Who makes the most reliable hard disk drives? Backblaze has updated its stats

3TB hard drives aren't quite as reliable as some of us thought, according to new Backblaze numbers based on a 100 petabyte cloud service using 34,881 consumer-grade disks.

Backblaze storage pod 3
Backblaze loads each Storage Pod with 45 hard drives so its reliability figures are not based on isolated samples. Photo credit: Backblaze

Backblaze, a cloud storage supplier, has just updated its January report on hard disk drive reliability, and the bad news is that 3TB drives are failing faster than expected.

Compared with January (reported here ), the failure rate of Seagate 3TB drives has climbed from 9 percent to 15 percent, while the failure rate of Western Digital 3TB drives has jumped from 4 percent to 7 percent. As the chart below shows, only the more expensive Hitachi Deskstars — a brand that started life at IBM — have shown an improvement.

The September findings are based on Backblaze's use of 34,881 drives storing more than 100 petabytes of data.

All the drives are "consumer grade" rather than "enterprise" drives, because enterprise drives are more than twice the price. Backblaze says: "Even if there were no warranty, a 15 percent annual failure rate on the consumer 'desktop' drive and a 0 percent failure rate on the 'enterprise' drive, the breakeven would be 10 years, which is longer than we expect to even run the drives for."

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Backblaze's numbers are useful because it's buying drives in larger volumes than most companies, and tracking their performance more closely. And while other cloud storage companies are no doubt doing the same thing, they're not sharing their results.

The three least reliable drives tested are all Seagate Barracuda models. The Seagate Barracuda 7200.11 has had an annual failure rate of 24.9 percent, the 3TB 7200.14 of 15.7 percent, and the 1.5TB Barracuda LP of 9.6 percent. However, the 1.5TB drives are relatively old — their average age is 4.3 years — and the failure rate of hard drives increases with age.

The 3TB Western Digital Red hard drive is doing badly with a failure rate of 8.8 percent on what are basically new drives: the average age is only 6 months. By contrast, the failure rate on Backblaze's 3TB Hitachi Deskstar 5K3000 drives, which have an average age of 2.1 years, is only 0.7 percent.

Based on previous Backblaze research, the annual failure rate for all hard drives is 5.1 percent for the first 18 months, 1.4 percent for the next 18 months, and 11.8 percent for the year after that.  Although this doesn't sound impressive, it still means that 80 percent of drives are still going strong after four years.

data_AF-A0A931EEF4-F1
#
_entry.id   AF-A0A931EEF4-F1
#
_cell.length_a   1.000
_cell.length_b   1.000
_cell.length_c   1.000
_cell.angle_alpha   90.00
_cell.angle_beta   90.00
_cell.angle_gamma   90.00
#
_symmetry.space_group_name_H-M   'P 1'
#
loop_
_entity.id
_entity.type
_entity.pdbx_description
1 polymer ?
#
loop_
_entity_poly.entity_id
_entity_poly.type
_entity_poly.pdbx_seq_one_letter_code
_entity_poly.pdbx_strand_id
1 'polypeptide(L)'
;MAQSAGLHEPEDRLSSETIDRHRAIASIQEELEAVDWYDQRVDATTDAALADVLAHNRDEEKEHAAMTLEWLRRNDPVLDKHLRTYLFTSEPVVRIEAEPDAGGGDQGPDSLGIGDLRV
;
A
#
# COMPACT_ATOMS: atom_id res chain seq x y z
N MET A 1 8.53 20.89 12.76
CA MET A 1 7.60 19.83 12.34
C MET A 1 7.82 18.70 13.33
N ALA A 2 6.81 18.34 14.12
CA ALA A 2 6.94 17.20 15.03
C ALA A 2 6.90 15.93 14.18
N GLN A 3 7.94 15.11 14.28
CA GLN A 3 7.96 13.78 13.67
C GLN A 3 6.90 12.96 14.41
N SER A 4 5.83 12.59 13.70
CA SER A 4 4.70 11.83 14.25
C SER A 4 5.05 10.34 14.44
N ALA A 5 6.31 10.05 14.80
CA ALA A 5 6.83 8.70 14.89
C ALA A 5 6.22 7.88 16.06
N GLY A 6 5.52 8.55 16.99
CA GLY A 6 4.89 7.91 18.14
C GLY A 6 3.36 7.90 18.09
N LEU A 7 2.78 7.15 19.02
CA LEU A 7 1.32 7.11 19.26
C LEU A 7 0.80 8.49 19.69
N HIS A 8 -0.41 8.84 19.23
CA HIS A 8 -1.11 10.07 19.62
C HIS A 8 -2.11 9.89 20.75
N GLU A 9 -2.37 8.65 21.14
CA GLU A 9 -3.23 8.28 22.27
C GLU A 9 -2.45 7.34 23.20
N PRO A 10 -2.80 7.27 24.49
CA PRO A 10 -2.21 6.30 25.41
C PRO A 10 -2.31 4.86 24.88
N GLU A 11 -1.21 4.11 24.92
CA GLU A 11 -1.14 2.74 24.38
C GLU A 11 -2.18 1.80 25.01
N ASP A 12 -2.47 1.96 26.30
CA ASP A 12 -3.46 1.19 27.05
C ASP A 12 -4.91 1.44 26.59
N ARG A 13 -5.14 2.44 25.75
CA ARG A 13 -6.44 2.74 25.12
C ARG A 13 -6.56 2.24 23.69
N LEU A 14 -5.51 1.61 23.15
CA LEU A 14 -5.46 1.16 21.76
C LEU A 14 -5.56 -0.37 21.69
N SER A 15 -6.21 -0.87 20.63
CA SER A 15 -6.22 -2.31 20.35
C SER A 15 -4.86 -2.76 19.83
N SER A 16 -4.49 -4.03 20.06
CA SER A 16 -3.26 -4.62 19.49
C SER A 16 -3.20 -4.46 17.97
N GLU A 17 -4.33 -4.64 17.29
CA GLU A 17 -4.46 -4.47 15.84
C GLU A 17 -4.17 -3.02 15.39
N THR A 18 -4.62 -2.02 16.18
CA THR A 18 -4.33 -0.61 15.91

There are some hard drives that Backblaze has tried and won't use because they "just don’t work in the Backblaze environment". These include the energy-efficient "Western Digital Green 3TB drives and Seagate LP (low power) 2TB drives. Both of these drives start accumulating errors as soon as they are put into production," says Backblaze. "We think this is related to vibration."

Backblaze is still buying a lot of Seagate drives, and it has 9,619 Seagate Desktop HDD.15 drives with an average age of 6 months. Failed drives are replaced under warranty though there is, of course, a cost to removing and replacing drives. Companies not set up to do this economically should bear this in mind.

It's interesting that the Hitachi drives continue to perform well. As mentioned, the Deskstar drives were originally IBM Deskstars, until IBM sold that business to Hitachi. Last year, Hitachi sold it to Western Digital, and then Western Digital sold the Hitachi 3.5in drive business to Toshiba. The 2.5in drive business has become "HGST (a Western Digital company)" and an employee says "the two product lines (WD and HGST) are totally separate in both parts and manufacturing".

As hard drive buyers, we don't have any way of knowing if Hitachi drives will keep being as reliable as they have been … unless Backblaze tells us.

backblaze reliability bar chart for September 2014
Failure rates for the main types of hard drive used in Backblaze's cloud. Image credit: Backblaze

 

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